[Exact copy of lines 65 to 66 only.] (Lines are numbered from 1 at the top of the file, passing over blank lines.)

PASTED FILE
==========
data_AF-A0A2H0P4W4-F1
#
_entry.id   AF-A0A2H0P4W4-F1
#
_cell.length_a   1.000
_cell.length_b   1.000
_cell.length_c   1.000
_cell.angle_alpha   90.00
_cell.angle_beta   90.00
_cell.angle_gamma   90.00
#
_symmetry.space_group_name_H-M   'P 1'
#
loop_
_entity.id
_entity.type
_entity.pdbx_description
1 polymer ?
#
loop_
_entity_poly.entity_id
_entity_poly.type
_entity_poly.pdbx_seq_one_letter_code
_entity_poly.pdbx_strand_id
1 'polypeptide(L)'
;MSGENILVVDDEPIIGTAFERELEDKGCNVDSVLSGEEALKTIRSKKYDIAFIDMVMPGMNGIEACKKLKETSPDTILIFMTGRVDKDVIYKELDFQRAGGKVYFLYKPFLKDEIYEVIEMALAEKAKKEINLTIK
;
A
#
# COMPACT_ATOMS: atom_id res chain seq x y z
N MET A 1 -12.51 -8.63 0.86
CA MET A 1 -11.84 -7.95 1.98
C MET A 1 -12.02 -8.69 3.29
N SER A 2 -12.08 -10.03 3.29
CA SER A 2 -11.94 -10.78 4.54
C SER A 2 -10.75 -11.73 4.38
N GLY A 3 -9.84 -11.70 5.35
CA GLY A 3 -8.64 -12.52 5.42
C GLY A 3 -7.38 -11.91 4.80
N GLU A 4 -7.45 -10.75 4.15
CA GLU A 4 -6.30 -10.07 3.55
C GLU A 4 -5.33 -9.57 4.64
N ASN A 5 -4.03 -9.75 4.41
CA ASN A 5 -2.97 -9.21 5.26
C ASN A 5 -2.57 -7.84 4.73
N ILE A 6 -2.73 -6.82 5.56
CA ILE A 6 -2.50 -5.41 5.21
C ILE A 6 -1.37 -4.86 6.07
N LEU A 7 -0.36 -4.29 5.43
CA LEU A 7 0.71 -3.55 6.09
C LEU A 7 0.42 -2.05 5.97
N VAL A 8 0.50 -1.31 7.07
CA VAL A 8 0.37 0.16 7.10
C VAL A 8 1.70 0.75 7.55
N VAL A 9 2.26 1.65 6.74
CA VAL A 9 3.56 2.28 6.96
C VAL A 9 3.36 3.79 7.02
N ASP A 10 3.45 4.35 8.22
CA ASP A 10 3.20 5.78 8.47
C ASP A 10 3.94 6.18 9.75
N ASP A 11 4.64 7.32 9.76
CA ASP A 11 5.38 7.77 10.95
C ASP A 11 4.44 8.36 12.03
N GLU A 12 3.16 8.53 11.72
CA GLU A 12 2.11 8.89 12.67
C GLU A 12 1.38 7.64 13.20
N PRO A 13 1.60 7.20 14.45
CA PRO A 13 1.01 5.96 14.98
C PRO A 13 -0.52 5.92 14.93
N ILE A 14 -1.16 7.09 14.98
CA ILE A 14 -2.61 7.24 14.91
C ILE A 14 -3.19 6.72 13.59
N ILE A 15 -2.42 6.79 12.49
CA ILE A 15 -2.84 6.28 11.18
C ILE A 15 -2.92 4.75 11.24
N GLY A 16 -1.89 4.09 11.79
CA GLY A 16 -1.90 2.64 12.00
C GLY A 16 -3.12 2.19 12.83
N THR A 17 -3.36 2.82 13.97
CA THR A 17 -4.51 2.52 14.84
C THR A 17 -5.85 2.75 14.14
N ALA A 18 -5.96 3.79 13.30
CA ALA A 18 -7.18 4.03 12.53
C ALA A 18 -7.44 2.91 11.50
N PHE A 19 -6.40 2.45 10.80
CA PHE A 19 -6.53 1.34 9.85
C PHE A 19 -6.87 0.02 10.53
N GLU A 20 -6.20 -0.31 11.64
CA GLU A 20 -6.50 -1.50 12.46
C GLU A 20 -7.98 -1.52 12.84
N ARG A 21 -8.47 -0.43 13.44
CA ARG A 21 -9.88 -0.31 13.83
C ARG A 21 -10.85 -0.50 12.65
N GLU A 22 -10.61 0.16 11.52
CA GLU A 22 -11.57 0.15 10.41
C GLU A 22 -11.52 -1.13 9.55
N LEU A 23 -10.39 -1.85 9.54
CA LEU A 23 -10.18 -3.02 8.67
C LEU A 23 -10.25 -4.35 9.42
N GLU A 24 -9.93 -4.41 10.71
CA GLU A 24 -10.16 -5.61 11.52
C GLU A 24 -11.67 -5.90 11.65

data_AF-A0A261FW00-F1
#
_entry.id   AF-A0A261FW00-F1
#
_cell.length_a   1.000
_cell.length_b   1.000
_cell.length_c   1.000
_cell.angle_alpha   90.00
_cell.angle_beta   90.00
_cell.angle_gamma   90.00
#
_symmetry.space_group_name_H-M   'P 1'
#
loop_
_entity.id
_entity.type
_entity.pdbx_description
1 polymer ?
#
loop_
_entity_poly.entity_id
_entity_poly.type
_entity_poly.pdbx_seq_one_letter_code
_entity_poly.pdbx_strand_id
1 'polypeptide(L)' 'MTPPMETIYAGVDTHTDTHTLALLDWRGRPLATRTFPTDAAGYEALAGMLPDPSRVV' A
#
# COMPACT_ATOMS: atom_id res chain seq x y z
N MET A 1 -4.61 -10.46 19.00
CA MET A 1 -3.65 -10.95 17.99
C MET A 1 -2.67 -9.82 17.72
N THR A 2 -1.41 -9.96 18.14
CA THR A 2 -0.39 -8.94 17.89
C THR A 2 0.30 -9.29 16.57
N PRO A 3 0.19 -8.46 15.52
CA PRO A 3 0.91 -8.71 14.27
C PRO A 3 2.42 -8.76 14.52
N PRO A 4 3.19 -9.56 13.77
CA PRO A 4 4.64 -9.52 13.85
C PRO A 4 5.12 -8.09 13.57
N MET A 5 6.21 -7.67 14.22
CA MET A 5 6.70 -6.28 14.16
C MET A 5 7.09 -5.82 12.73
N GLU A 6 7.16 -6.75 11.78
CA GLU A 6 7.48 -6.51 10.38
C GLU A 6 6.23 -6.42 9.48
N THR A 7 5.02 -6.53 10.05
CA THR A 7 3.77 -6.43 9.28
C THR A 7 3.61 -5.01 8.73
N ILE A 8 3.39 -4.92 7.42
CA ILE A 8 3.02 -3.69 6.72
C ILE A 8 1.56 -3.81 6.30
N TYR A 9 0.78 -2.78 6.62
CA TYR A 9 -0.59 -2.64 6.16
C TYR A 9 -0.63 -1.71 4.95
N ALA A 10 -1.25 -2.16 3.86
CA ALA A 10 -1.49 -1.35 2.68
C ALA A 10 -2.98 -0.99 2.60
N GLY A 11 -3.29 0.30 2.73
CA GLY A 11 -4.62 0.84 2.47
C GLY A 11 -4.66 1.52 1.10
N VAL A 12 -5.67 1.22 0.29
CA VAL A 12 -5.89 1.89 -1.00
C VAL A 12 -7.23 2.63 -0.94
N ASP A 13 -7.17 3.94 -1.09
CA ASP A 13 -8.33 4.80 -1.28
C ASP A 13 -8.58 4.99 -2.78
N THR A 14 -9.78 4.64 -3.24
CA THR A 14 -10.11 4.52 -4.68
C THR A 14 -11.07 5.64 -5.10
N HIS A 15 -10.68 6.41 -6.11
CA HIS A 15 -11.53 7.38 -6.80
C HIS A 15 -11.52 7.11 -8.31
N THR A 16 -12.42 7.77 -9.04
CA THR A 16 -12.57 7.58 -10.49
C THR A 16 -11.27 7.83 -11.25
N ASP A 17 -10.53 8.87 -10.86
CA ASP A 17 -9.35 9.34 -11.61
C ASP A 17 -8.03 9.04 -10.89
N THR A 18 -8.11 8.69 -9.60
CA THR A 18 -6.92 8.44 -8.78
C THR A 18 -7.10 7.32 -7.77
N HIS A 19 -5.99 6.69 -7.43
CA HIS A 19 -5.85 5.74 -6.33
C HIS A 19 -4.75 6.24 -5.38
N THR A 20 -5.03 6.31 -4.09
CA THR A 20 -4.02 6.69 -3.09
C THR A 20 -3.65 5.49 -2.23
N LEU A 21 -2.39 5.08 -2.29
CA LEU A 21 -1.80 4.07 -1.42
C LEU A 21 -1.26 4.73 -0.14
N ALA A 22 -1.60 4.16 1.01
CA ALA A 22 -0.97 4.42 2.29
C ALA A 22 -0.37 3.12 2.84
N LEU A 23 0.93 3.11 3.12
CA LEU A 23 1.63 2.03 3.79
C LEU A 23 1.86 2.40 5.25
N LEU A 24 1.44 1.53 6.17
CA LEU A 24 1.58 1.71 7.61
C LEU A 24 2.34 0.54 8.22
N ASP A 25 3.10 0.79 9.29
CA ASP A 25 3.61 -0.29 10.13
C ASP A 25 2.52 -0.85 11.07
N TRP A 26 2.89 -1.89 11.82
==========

CA GLU A 12 2.11 8.89 12.67
C GLU A 12 1.38 7.64 13.20